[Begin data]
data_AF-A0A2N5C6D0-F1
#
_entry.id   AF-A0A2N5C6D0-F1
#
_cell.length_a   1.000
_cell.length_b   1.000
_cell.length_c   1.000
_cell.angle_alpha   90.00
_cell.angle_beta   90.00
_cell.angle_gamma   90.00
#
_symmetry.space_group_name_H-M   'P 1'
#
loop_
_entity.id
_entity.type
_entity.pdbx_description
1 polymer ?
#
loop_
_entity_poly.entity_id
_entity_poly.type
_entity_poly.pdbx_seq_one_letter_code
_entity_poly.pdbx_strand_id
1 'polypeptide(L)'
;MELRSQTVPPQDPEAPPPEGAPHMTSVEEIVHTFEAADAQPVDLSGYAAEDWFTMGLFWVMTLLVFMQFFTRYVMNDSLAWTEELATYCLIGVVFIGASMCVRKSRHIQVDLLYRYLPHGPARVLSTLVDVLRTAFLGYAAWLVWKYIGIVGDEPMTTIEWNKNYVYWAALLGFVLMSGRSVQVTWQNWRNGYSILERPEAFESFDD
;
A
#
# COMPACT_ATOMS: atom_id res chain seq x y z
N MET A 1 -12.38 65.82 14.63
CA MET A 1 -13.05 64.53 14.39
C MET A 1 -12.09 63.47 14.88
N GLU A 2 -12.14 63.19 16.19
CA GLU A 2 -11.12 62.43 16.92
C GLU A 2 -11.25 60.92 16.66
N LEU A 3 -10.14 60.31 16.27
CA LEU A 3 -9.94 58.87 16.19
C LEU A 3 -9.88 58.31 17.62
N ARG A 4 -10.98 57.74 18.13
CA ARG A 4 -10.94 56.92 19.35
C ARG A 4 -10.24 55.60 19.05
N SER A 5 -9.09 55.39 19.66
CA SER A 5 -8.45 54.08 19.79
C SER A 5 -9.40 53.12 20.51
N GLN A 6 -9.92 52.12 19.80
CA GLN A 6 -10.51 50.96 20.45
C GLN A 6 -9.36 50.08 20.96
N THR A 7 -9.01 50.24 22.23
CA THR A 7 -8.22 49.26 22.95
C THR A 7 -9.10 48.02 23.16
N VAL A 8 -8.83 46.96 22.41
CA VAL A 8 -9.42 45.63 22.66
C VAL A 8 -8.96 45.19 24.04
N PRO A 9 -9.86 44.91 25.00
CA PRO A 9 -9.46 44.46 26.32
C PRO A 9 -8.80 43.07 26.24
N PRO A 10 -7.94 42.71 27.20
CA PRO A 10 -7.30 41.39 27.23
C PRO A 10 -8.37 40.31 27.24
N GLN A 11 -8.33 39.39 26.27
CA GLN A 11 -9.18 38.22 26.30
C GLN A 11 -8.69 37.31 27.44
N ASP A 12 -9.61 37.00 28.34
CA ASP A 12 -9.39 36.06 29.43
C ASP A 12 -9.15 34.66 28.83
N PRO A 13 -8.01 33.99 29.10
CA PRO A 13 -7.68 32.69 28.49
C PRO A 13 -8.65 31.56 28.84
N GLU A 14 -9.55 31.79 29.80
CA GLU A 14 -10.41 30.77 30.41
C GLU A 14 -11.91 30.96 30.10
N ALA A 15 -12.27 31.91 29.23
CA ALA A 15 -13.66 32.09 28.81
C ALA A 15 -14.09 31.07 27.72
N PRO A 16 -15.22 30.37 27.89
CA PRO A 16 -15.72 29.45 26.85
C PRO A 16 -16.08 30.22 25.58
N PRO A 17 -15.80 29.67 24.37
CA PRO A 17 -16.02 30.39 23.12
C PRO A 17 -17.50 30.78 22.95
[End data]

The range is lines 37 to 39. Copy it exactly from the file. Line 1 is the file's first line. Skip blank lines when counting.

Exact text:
N LEU A 3 -10.14 60.31 16.27
CA LEU A 3 -9.94 58.87 16.19
C LEU A 3 -9.88 58.31 17.62